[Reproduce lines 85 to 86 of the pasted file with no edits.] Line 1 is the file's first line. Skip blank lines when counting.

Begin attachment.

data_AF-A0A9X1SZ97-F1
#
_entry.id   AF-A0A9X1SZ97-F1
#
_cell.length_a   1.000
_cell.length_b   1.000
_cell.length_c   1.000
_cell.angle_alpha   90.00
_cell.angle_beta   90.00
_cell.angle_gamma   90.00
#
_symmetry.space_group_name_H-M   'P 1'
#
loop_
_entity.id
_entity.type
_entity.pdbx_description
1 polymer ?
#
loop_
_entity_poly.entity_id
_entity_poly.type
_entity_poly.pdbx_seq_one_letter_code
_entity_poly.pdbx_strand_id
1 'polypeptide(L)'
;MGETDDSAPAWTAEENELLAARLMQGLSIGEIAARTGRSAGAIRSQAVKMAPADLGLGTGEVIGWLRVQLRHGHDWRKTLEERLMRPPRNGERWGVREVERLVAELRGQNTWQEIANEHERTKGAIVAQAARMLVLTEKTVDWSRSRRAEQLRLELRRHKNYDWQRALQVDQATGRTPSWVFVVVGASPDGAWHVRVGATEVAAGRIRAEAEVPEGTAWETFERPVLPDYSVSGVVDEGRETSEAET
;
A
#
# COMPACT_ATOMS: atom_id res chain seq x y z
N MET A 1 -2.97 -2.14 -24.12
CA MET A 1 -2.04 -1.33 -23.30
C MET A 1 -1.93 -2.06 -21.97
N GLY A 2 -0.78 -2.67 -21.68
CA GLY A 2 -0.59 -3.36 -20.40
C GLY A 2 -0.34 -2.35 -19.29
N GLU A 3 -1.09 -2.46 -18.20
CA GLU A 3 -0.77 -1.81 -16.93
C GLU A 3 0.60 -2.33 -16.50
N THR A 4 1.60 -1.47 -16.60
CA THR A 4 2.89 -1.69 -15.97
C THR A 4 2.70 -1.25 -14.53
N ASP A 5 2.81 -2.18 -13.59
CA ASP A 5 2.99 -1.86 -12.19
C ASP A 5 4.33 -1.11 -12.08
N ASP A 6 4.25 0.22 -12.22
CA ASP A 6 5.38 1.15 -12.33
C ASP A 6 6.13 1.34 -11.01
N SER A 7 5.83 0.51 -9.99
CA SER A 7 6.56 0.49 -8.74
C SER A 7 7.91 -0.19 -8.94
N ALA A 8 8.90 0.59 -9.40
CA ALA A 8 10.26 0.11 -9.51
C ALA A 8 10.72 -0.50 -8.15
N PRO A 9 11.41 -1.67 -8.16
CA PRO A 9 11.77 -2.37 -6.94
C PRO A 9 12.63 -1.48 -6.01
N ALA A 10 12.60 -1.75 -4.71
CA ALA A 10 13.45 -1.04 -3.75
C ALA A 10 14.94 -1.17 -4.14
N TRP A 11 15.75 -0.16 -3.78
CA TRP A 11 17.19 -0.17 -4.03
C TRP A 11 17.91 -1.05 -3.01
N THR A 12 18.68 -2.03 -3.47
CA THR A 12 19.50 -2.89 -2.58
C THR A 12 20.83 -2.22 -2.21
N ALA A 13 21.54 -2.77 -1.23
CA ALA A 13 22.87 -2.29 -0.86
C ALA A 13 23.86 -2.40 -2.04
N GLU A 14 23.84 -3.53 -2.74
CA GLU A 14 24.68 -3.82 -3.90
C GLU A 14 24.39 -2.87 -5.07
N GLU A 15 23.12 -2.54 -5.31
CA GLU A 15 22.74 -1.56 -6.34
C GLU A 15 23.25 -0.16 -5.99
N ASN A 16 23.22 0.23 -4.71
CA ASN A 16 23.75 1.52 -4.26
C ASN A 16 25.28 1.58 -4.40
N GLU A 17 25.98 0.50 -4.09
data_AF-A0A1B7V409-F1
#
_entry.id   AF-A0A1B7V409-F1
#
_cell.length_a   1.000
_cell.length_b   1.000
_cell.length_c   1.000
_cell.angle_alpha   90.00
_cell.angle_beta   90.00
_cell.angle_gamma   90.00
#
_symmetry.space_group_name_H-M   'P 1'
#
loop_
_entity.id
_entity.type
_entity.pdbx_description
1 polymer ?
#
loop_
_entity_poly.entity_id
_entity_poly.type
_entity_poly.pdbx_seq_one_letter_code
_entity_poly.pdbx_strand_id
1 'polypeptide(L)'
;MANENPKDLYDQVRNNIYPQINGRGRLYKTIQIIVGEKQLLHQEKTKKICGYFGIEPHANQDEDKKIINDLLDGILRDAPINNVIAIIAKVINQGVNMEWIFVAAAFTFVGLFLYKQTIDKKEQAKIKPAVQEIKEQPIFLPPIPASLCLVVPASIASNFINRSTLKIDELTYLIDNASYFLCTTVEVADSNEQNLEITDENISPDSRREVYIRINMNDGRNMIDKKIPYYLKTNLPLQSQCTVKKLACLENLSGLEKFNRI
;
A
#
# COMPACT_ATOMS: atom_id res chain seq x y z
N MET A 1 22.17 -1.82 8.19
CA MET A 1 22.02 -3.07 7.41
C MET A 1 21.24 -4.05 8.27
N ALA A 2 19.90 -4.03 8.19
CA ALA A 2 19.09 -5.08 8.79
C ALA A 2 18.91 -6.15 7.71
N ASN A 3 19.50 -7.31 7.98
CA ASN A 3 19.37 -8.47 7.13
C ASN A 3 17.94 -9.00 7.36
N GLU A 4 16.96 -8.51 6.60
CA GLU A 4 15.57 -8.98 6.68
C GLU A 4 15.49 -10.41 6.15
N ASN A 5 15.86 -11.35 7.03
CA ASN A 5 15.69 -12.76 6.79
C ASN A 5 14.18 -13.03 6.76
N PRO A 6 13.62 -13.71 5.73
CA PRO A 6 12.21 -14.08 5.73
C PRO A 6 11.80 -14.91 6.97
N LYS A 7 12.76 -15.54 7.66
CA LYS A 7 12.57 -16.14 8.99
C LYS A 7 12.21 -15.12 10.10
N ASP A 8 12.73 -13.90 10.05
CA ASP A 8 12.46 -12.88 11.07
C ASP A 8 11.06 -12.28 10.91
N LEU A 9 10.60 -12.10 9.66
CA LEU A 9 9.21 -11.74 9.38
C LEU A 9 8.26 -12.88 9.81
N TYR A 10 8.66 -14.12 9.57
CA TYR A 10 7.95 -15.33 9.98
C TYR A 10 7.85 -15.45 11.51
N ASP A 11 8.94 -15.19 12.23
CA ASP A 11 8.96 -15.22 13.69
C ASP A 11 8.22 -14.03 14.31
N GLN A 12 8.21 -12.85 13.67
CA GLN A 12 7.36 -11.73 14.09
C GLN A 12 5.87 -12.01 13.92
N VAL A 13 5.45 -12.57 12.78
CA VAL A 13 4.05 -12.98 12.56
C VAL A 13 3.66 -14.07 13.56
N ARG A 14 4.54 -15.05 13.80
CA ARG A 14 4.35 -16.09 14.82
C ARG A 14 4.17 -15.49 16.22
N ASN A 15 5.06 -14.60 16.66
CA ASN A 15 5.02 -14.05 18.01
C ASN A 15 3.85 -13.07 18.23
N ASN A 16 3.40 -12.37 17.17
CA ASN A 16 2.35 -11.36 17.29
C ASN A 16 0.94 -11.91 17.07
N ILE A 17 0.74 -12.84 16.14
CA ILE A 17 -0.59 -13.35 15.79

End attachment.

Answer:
_cell.length_b   1.000
_cell.length_c   1.000